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How to control bagworms on arborvitae
Gardening Q&A

How to control bagworms on arborvitae

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INPUT: 12/19/07--This arborvitae is a fast-growing evergreen tree that matures over time to 40-60 feet tall with a dense pyramidal habit.

Q • My arborvitae is losing its leaves, and it has weird things that look like ornaments dangling from the branches. What is going on and how do I fix it?

A • The weird things you see dangling on branches are bagworms (Thyridopteryx ephemeraeformis) that feed on a wide range of evergreens. Using twig and leaf debris, they make sleeping bag-like cocoons around themselves for a makeshift, portable home.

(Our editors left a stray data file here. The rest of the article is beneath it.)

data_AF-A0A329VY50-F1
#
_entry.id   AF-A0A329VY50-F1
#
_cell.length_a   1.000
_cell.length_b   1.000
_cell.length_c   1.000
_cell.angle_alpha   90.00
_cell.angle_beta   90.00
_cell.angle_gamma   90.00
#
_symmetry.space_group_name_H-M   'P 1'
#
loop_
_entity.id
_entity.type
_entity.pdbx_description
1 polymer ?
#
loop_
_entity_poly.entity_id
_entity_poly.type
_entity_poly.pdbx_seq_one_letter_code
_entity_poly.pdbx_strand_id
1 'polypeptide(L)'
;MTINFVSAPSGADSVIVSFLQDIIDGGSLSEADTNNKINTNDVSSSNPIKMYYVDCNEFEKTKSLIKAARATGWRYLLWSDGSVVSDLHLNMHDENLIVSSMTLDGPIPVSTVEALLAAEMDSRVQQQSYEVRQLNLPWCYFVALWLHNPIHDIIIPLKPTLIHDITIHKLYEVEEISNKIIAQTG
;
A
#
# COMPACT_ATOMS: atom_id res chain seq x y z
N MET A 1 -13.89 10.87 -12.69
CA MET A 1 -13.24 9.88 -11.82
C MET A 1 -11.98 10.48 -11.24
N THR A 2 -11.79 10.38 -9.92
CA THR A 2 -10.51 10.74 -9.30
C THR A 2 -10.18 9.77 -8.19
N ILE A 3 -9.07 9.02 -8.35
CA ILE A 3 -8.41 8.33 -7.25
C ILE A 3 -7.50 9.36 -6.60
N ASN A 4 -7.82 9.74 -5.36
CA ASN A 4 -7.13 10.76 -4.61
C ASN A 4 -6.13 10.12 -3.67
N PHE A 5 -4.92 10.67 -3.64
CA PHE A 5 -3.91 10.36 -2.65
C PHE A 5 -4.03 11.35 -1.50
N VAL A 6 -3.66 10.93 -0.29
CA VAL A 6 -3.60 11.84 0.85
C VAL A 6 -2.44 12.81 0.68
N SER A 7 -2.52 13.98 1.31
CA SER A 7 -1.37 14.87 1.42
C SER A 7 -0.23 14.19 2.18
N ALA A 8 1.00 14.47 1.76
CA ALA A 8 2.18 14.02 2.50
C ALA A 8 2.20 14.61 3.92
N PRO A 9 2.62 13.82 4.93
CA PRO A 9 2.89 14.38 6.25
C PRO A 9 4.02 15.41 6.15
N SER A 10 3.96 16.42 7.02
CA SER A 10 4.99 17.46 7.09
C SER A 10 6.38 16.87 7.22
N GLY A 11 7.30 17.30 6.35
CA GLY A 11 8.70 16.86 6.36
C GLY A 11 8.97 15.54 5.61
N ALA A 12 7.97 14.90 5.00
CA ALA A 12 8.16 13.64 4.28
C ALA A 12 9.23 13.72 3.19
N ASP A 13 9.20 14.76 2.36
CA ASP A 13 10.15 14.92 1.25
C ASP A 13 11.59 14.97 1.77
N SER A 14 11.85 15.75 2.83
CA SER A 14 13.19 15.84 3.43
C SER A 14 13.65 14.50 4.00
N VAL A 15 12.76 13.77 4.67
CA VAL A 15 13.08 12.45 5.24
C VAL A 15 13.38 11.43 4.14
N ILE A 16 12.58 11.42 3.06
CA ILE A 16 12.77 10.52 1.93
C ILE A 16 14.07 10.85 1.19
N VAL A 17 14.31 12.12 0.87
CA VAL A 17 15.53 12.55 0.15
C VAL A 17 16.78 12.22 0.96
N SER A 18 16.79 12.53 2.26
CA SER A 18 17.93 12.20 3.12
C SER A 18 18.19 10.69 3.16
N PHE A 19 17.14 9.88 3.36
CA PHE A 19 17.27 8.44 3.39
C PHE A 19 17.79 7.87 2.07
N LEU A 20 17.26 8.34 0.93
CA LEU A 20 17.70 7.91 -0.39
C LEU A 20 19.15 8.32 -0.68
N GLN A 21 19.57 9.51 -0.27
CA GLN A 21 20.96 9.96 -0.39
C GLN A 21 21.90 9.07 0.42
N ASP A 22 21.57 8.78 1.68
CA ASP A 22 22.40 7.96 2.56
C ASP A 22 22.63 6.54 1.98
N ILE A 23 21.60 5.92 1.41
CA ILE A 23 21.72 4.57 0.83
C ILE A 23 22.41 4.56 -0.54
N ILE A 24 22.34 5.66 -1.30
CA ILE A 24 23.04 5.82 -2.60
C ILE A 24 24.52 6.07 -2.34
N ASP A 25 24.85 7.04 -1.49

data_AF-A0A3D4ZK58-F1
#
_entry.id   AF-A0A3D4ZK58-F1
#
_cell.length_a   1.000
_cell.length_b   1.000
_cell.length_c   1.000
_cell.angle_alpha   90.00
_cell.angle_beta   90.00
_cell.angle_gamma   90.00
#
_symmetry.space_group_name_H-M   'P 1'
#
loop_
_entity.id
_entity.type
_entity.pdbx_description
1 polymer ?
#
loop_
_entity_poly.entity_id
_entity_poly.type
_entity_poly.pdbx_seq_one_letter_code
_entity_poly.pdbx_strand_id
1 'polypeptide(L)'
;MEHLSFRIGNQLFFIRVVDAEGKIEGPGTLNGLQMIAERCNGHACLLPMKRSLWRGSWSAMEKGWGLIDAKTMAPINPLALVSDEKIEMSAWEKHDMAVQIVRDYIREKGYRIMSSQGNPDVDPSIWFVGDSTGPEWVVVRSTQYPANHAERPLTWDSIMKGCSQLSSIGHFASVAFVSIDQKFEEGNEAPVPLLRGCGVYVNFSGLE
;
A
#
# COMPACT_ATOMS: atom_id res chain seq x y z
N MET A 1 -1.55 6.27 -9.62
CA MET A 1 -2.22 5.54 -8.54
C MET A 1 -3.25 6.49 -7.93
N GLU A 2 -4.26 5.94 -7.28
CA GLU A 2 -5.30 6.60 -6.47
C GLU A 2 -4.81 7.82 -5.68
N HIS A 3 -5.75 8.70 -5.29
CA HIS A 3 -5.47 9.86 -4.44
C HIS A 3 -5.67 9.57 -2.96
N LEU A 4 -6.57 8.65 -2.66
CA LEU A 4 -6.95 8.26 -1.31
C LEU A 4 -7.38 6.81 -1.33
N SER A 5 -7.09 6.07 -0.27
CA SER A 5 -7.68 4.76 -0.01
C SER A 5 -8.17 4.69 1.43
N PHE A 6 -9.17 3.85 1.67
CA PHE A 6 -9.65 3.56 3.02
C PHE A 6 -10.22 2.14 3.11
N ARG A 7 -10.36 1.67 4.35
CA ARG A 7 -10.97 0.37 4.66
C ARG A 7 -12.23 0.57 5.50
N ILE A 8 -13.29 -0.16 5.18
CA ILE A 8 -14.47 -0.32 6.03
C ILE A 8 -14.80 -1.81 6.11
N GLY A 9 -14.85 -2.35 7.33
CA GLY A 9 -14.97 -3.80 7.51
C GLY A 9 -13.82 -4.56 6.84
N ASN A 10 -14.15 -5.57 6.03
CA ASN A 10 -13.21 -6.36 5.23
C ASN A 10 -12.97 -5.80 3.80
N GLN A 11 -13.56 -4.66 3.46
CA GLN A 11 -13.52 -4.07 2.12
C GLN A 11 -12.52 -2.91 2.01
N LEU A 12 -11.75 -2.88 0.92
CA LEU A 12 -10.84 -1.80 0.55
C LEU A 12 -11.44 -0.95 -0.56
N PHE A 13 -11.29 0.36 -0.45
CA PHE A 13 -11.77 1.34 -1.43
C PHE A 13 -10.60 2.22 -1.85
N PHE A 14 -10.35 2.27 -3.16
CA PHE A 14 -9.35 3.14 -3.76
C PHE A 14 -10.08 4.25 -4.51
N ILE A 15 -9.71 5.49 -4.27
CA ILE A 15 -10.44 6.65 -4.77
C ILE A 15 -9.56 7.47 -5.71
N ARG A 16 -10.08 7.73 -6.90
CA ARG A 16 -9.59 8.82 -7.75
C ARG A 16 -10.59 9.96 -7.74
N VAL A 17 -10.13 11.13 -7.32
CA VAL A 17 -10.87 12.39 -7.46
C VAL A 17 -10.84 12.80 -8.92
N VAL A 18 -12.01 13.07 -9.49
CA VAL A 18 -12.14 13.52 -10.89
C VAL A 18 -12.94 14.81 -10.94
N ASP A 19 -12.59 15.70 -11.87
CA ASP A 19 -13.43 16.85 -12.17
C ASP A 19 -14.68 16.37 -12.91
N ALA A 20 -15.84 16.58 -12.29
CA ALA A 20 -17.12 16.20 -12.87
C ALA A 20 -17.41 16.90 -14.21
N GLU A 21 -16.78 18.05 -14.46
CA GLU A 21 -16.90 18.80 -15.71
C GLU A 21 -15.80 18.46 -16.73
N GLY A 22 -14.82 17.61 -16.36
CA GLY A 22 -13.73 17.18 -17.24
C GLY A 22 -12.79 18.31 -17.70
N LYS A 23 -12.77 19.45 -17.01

The first thing to do after noticing these bags is to pluck them off and destroy them. Birds and other predators will then join in, and this is often enough to keep their populations under control.

If plucking them is impractical, or if populations get out of control, Bacillus thuringiensis (Bt), a type of bacteria that only impacts caterpillars who actively ingest it, can be applied as biological control. Bagworms typically emerge in late May to mid-June, so scouting during this time period is critical to control these insects before they become a problem.

Write to the Missouri Botanical Garden's Center for Home Gardening at or the Horticulture Answer Service, 4344 Shaw Blvd., St. Louis, MO 63110. 

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